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There's plenty of reasons to never cascade switches if you can manage it. Using SFP certainly helps minimize the main issue, which is bottlenecking communication between devices in the separate switches to a single port/uplink - but you also start complicating your setups, especially with managed switches, let alone VLANs etc.

C4 does NOT recommend using managed switches at all, not because it can't be done, but because it takes a different level of expertise/work to make it work right.

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19 minutes ago, Cyknight said:

There's plenty of reasons to never cascade switches if you can manage it. Using SFP certainly helps minimize the main issue, which is bottlenecking communication between devices in the separate switches to a single port/uplink - but you also start complicating your setups, especially with managed switches, let alone VLANs etc.

C4 does NOT recommend using managed switches at all, not because it can't be done, but because it takes a different level of expertise/work to make it work right.

Here is where we get above my pay grade  and I admit it.  I am fairly sure my original dealer just plugged and play did not set up much in the way of VLAN, managed settings, etc.  I could be wrong but from what I learned on how he set up stuff I am going to guess it is as basic as it comes.  Not sure if that matters in the long run.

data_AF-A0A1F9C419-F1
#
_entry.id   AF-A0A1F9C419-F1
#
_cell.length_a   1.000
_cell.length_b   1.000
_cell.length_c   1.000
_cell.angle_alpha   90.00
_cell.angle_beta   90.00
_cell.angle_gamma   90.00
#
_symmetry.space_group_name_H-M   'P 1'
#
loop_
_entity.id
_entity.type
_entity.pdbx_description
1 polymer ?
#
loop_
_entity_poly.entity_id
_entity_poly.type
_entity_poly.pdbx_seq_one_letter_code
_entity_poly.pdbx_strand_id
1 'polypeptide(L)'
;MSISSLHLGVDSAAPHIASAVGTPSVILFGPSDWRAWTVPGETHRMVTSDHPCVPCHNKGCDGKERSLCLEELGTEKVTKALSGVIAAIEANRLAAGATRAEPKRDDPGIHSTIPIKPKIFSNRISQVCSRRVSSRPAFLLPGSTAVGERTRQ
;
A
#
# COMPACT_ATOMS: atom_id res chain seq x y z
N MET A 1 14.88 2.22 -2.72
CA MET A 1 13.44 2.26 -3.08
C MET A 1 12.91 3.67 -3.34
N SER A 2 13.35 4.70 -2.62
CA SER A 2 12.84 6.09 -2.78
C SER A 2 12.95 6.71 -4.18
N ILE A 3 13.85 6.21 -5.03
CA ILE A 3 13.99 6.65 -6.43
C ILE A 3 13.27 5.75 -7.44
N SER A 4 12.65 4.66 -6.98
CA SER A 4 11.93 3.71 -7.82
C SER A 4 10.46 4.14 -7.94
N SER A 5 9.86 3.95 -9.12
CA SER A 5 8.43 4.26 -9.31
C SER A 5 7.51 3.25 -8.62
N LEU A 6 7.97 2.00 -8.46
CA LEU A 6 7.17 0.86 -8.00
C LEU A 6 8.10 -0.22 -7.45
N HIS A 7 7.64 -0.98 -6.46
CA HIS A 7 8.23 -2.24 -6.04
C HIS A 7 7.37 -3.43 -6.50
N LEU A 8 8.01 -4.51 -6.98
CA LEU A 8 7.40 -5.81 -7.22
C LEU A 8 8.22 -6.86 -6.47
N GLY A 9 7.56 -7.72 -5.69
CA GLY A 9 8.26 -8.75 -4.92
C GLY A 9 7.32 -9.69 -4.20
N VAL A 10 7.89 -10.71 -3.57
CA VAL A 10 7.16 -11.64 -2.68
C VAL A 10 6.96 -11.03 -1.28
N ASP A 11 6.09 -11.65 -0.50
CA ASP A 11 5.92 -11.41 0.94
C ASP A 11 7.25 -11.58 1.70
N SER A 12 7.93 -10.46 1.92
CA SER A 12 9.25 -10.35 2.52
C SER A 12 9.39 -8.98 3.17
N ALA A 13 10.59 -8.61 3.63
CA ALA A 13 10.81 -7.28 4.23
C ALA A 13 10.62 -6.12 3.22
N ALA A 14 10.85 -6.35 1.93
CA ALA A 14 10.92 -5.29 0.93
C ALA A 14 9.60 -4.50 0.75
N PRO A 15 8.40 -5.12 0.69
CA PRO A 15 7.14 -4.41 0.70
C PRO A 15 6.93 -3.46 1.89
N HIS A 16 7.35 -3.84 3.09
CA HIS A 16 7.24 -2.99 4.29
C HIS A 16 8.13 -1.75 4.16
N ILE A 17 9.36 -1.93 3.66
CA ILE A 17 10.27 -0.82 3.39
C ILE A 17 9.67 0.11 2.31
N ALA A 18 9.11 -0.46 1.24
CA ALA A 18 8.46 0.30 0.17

Any screen shots I can take of the current PoE set up to share to know if anything complex or complicated is set up?

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Of course it's (likely) to be above your pay-grade.. I mean no offense - you shouldn't HAVE to know this. Heck - it's above a lot of dealers' heads - that's why C4 doesn't recommend managed switches (unless they are packedge, for which they can easily create config files to load as they own it).

If unsure - and going separate switch and midspan is byond your budget - just go for a good 'dumb' switch, including Cisco 100 series, or the better Netgear non-managed switches (just a few examples, there's lots of options)

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5 minutes ago, Cyknight said:

Of course it's (likely) to be above your pay-grade.. I mean no offense - you shouldn't HAVE to know this. Heck - it's above a lot of dealers' heads - that's why C4 doesn't recommend managed switches (unless they are packedge, for which they can easily create config files to load as they own it).